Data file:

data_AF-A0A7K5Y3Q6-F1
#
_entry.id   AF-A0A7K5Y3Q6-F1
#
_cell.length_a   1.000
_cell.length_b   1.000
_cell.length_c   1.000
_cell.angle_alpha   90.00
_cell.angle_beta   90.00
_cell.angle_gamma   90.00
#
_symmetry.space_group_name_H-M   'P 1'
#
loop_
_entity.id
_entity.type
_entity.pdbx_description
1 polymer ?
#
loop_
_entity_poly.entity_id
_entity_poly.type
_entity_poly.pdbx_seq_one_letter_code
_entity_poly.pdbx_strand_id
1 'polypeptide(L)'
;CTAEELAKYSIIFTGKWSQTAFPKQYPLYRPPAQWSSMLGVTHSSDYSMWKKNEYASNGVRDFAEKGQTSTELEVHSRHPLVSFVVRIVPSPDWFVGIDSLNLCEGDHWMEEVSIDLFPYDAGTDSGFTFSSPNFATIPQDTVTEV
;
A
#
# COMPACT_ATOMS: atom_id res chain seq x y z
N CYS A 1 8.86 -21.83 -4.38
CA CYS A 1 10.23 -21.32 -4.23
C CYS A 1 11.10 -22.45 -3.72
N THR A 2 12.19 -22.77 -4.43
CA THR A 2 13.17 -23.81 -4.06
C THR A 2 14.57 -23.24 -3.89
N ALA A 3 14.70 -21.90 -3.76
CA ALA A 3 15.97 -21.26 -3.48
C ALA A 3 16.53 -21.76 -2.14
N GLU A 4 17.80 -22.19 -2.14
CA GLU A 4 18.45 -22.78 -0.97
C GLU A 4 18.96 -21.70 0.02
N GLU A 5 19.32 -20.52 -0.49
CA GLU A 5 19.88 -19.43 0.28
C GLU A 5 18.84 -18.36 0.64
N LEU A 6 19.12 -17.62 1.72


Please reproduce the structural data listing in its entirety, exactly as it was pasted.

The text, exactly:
data_AF-A0A7K5Y3Q6-F1
#
_entry.id   AF-A0A7K5Y3Q6-F1
#
_cell.length_a   1.000
_cell.length_b   1.000
_cell.length_c   1.000
_cell.angle_alpha   90.00
_cell.angle_beta   90.00
_cell.angle_gamma   90.00
#
_symmetry.space_group_name_H-M   'P 1'
#
loop_
_entity.id
_entity.type
_entity.pdbx_description
1 polymer ?
#
loop_
_entity_poly.entity_id
_entity_poly.type
_entity_poly.pdbx_seq_one_letter_code
_entity_poly.pdbx_strand_id
1 'polypeptide(L)'
;CTAEELAKYSIIFTGKWSQTAFPKQYPLYRPPAQWSSMLGVTHSSDYSMWKKNEYASNGVRDFAEKGQTSTELEVHSRHPLVSFVVRIVPSPDWFVGIDSLNLCEGDHWMEEVSIDLFPYDAGTDSGFTFSSPNFATIPQDTVTEV
;
A
#
# COMPACT_ATOMS: atom_id res chain seq x y z
N CYS A 1 8.86 -21.83 -4.38
CA CYS A 1 10.23 -21.32 -4.23
C CYS A 1 11.10 -22.45 -3.72
N THR A 2 12.19 -22.77 -4.43
CA THR A 2 13.17 -23.81 -4.06
C THR A 2 14.57 -23.24 -3.89
N ALA A 3 14.70 -21.90 -3.76
CA ALA A 3 15.97 -21.26 -3.48
C ALA A 3 16.53 -21.76 -2.14
N GLU A 4 17.80 -22.19 -2.14
CA GLU A 4 18.45 -22.78 -0.97
C GLU A 4 18.96 -21.70 0.02
N GLU A 5 19.32 -20.52 -0.49
CA GLU A 5 19.88 -19.43 0.28
C GLU A 5 18.84 -18.36 0.64
N LEU A 6 19.12 -17.62 1.72